Occupation-Based Hand Therapy!

The KAWA Model

All information adapted to case study was provided from: Iwama, Michael. (2006). The Kawa Model: Culturally Relative to Occupational Therapy. Retrieved April 30, 2008 from University of Toronto, Department of Occupational Science and Occupational Therapy: http://www.kawamodel.com/

           The Kawa Model is explained in detail on its own website and is a model of practice that accounts for culture in occupational therapy (http://www.kawamodel.com).  It is the first model to come out of somewhere other than the West that doesn’t focus on the familiar concepts of individual autonomy but instead takes into account a more collective-oriented, interdependent view of human occupation. The Kawa Model brings nature and ecology to occupational therapy.
           The Kawa (Japanese for river) model translates subjective views of self, life, well-being and the meanings of occupations into a nature-based, pictorial concept.  The river is the life force of the individual.  When an individual becomes injured or impaired, their life force becomes impeded.  Rocks represent certain circumstances, the walls and bottom of the river represent the environment (both social and physical contexts), and the driftwood account for the assets and liabilities.  All of these are inseparable parts of the river that determine the progress of its flow.

Occupational Therapy – Identification of Jim’s Current Issues Using the KAWA Model

Discrete circumstances that are considered to impede one’s water or life-flow. They are life circumstances perceived by the client to be problematic and difficult to remove.
- Pain & decreased dexterity of hand- Can not fix up his bike and play golf / basketball with friends
- Trouble filling his duties at his job as a prosector
- Trouble fulfilling his duties as a student when it comes to taking notes, transcribing, writing papers, etc.

River Walls & Bottom
The client’s environment, in the context of being inseparable from all of the other river structures- namely water and rocks.
Micro level:Living in 2-story house Lives with 3 friends / classmates
Macro level:Medical School Policies & Regulations
The client’s personal attributes and resources, that can positively or negatively affect the subject’s circumstance and life flow. They are transient in nature.
Frustration with his medical condition
Very independent – feels like he “should be able to do everything independently”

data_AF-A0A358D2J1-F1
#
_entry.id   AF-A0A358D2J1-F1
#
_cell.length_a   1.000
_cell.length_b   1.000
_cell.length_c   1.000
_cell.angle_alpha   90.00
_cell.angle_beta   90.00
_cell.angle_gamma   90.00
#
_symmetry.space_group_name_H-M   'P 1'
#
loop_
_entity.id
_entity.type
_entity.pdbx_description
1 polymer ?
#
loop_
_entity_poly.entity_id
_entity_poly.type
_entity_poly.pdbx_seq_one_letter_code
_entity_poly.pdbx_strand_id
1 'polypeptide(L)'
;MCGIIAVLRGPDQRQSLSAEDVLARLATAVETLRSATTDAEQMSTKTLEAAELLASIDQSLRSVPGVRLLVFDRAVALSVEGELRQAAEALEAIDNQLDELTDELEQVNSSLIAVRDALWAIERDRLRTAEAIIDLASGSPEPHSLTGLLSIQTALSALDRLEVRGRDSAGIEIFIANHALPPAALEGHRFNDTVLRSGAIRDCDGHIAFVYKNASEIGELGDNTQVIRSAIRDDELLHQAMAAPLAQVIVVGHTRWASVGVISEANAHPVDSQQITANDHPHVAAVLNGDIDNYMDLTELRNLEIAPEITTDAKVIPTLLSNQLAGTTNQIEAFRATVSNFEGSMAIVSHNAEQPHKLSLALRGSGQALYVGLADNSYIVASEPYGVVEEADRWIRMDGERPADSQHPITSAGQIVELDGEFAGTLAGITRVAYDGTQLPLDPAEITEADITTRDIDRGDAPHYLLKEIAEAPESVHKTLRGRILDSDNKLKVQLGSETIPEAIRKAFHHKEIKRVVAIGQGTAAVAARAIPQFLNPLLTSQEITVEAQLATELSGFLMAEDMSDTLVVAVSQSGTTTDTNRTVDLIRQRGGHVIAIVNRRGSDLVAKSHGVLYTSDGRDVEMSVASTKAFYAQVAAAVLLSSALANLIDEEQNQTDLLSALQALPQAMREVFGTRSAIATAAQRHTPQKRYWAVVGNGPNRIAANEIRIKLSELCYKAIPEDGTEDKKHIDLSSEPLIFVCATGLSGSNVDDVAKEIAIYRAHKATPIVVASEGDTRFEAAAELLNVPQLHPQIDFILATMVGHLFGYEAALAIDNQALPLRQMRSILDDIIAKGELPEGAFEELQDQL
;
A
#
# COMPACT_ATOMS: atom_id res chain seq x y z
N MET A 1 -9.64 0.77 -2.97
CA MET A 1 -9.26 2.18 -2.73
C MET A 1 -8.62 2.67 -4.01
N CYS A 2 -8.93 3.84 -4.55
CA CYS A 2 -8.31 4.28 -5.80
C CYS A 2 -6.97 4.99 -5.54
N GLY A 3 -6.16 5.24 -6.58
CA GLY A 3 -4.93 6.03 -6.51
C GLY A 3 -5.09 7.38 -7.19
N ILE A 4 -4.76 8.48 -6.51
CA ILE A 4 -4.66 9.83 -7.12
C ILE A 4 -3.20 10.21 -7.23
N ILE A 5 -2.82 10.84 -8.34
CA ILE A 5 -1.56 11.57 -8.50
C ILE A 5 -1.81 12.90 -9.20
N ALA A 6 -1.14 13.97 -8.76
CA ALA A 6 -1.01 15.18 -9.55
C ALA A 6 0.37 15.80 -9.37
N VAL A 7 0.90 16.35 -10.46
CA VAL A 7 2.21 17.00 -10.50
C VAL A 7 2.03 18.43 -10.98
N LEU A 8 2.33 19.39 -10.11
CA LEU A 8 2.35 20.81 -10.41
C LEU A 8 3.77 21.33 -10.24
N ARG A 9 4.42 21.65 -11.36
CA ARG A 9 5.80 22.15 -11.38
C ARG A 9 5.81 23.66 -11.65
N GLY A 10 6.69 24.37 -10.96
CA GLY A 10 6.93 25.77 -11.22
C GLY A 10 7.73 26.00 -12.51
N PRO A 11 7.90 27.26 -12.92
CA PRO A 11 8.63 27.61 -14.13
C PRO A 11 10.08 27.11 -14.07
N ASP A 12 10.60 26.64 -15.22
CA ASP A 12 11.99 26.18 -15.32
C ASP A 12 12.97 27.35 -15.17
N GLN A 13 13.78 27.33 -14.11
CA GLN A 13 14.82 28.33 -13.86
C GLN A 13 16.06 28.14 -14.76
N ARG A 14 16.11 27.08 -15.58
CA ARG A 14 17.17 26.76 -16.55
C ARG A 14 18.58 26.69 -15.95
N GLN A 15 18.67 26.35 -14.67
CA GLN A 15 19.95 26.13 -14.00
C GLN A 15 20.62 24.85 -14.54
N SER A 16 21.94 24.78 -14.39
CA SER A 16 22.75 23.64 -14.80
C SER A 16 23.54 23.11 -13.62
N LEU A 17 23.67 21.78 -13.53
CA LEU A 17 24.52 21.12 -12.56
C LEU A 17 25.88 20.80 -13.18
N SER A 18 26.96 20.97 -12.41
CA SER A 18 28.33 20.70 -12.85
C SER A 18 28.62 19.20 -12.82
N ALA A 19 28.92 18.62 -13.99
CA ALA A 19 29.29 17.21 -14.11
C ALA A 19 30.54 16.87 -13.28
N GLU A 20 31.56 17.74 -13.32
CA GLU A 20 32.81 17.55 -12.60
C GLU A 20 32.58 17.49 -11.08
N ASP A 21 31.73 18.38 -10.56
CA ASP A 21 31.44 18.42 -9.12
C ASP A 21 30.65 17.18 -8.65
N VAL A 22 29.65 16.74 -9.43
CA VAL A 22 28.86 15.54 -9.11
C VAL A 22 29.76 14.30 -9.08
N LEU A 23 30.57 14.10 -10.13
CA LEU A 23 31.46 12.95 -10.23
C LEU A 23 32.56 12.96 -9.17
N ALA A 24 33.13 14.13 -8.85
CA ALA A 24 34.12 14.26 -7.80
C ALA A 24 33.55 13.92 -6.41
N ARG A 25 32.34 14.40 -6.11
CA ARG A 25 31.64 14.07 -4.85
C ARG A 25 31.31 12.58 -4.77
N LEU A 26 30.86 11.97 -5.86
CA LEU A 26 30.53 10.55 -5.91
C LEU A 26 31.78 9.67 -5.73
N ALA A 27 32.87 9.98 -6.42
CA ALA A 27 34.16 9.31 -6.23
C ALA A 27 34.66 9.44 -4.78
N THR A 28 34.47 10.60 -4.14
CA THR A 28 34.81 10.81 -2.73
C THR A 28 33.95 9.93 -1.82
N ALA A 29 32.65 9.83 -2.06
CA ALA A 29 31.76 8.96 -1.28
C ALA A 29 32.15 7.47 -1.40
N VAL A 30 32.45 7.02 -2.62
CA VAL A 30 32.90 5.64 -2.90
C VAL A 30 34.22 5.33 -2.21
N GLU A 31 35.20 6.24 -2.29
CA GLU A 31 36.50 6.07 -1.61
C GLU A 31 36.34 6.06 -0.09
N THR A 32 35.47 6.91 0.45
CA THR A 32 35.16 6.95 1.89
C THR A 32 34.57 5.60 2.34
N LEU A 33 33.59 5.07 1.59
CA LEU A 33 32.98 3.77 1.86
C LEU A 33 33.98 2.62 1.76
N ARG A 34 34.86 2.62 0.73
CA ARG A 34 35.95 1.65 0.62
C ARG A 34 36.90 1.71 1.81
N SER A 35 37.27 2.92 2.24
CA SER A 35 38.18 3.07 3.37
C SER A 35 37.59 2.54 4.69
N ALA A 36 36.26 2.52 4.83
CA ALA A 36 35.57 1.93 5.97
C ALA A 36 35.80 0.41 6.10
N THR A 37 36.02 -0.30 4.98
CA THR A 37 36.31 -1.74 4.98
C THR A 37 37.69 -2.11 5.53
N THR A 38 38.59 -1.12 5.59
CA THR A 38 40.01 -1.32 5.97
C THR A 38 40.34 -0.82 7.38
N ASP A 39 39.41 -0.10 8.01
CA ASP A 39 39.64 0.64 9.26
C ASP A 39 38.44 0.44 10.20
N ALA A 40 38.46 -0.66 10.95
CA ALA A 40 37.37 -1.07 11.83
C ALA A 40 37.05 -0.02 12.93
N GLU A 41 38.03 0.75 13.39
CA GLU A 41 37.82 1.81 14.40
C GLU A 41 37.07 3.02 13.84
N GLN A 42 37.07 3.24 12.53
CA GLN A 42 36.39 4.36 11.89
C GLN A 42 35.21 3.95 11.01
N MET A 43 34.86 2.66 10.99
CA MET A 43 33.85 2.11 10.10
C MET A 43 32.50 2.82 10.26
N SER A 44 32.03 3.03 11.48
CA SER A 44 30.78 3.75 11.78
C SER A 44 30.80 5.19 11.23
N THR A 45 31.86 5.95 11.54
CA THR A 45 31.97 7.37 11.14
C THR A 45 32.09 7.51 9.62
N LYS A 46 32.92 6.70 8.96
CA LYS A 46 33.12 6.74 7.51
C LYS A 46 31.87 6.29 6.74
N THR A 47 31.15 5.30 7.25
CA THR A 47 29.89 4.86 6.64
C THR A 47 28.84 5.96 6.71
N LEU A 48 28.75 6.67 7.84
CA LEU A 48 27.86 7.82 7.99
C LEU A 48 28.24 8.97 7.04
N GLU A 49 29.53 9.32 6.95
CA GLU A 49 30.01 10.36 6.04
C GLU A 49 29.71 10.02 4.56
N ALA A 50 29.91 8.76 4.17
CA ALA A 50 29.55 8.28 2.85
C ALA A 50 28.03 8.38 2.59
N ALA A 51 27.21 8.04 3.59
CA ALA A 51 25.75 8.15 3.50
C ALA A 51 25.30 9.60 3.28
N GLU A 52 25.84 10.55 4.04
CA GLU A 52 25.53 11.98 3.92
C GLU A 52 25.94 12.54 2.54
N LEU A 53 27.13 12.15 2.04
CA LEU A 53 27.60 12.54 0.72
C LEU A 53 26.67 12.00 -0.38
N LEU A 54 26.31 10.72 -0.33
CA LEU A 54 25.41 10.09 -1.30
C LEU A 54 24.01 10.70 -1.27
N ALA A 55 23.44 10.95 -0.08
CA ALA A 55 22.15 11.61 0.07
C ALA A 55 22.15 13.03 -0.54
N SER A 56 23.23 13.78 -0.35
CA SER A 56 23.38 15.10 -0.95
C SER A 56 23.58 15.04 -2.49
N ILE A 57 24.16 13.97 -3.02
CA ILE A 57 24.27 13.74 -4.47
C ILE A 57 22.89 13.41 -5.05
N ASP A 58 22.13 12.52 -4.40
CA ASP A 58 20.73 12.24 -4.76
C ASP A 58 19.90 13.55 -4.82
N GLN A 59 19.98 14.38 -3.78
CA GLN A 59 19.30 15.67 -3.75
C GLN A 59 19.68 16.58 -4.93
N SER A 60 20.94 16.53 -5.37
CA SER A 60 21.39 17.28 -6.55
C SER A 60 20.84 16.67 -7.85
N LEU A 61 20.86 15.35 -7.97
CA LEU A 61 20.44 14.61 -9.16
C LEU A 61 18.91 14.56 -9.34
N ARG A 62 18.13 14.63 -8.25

Perceives his injury as a sign of weakness

The subject’s life energy or life flow
Water continues to flow in substantial volume around his carpal tunnel syndrome and functional consequences, driftwood (see cell above), and his social and physical environment.  Water still flows, but to a lesser extent through seams and gaps bounded by the structures and components in Jim’s river diagram.
Spaces and Gaps Occupational Therapy
Potential occupational therapy treatment approaches and points of interventions are on the gaps and channels through which water (life energy) still flows and the specific structures that form the boundaries.
Occupational Therapy Actions Using the KAWA Model

Assess body mechanics as Jim performs tasks that generally cause him pain.  Provide tips on how to alter body mechanics and educate about when to rest. Provide night splints and additional assistive stabilizing wrist equipment for use during certain tasks.
Brain storm additional ideas concerning activities that Jim can do with his friends while he is healing.
Speak with Jim about recruiting others to help with difficulties he might be having around the house and at school.  Give Jim ideas of how to approach roommates with requests for help and role-play so Jim feels comfortable doing so.  Can someone take notes for him in class?  Can someone transcribe notes while he reads them out loud?
River Walls & Bottom
Explore relationships with roommates and friends.  Determine how he feels that his professors and other medical health professionals view him and his current condition.  Find ways to help him understand his condition and not feel that it is a personal weakness.
Examine ways and means to keep Jim involved with his friends, job, and hobbies.  Assistive technology provisions might come in handy here.  Additional temporary mobility might be useful if he feels that driving is too painful – bus routes, etc.
Discussion of main environments of school, home, and work to discuss barriers to his participation.
Jim has good health insurance from his school and so far his injury is not impeding with any medical school policies and regulations.
Provide information regarding his particular medical injury and see how much of it he already understands.  Be aware that he is a medical student and probably understands much of this condition already but highlight this injury in relation to HIM.
Discuss going to the school counselor if his feelings of shame and weakness begin to feel like a burden to him.
Provide information on different ways he might carry out tasks so he can still perform certain acts independently.
Make sure to let Jim use his current abilities to help him when he is performing tasks.  Try not to provide too much in the way of support but not too little so that he continues to feel frustrated with his injury.
Encourage Jim and give him positive feedback in regards to carrying out tasks and the improvement of his condition over time.
Try to involve members of his social support network (with client’s consent) whenever possible. 

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